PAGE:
Congestion causes | Common decongestants | Best decongestants for ears | Side effects | Other treatment options | When to see a doctor
If you’re experiencing ear congestion while sick with the common cold or the flu, you might be looking for the best decongestant for the ears. The best decongestant will depend on the underlying cause and the type of symptoms present. For example, some decongestants may be better for congestion caused by allergies, while others may be better for congestion caused by a sinus infection.
Certain ear decongestants may come in different forms for adults and children. Young children are especially prone to experiencing ear congestion due to having shorter and narrower eustachian tubes than adults. Home remedies and other self-care methods can sometimes relieve mild or temporary congestion, such as congestion caused by high altitudes.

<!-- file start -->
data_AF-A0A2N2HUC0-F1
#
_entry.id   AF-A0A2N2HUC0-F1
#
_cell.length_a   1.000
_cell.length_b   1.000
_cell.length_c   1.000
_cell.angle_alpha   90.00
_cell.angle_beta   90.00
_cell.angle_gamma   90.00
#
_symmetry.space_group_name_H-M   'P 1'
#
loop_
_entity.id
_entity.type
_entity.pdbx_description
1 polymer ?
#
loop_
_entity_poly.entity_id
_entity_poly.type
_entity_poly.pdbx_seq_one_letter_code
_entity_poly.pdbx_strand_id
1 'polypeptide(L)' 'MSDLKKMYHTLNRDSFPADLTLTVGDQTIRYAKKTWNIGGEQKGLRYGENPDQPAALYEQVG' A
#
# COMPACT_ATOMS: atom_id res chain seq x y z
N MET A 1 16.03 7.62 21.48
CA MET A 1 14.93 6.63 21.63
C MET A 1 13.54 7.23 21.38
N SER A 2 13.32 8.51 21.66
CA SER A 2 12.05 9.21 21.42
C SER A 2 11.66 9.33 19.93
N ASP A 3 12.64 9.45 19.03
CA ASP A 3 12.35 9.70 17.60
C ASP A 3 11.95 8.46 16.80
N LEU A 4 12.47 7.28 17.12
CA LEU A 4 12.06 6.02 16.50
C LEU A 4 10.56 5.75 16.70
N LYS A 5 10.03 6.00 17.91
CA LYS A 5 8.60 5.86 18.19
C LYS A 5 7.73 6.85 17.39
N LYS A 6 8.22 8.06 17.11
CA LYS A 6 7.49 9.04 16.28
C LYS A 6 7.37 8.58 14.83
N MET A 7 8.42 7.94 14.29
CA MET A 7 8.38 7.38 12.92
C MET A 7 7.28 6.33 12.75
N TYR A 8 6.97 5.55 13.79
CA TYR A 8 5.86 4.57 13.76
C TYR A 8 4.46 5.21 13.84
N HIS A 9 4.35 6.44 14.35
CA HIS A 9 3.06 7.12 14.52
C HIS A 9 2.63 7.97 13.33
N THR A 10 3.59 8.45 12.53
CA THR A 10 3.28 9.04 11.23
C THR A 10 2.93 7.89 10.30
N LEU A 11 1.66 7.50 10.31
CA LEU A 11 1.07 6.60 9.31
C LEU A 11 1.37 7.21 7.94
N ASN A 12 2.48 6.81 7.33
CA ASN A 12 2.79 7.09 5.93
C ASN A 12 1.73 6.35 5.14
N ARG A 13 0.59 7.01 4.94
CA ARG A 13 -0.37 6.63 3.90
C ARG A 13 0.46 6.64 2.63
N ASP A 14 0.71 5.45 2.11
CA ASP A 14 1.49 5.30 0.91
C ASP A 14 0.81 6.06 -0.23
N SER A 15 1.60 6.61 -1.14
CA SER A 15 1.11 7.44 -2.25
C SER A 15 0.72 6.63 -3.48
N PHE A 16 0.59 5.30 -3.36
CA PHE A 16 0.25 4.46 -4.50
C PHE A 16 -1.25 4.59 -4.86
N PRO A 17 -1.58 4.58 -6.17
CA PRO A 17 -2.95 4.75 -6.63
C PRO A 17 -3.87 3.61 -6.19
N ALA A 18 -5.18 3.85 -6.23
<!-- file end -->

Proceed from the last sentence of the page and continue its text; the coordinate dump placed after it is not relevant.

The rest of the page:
Continue reading to learn about the best decongestants for ears.
Why are my ears congested?
When deciding which decongestant is best for your symptoms, it’s important to know what could be causing the congestion in the first place. Ear congestion is typically a sign of eustachian tube dysfunction (ETD). It is caused by various problems with the tube that connects the middle ear to the back of the upper throat.
The most common causes of ETD include bacterial infections of the ear and sinuses that can cause inflammation and mucus buildup in the eustachian tubes. Other symptoms can accompany ear congestion, such as a feeling of pressure in the ears, ear pain, and nasal congestion.
Many cases of ETD are mild and temporary. For example, if you’ve ever traveled in an airplane, you may have experienced certain ETD symptoms like ear discomfort or a feeling of pressure in the ears. However, some cases of ETD can be more serious, requiring over-the-counter (OTC) medications or even prescription drugs. Congestion caused by sinusitis or allergies can easily be treated with OTC decongestants.
Decongestants help relieve congestion in the nasal passages and sinuses. However, they can also be useful for treating congestion in the ears. Drugs for congestion can work in different ways to reduce inflammation. They can also come in different forms, such as oral tablets and nasal sprays.
Here are the most common decongestants used: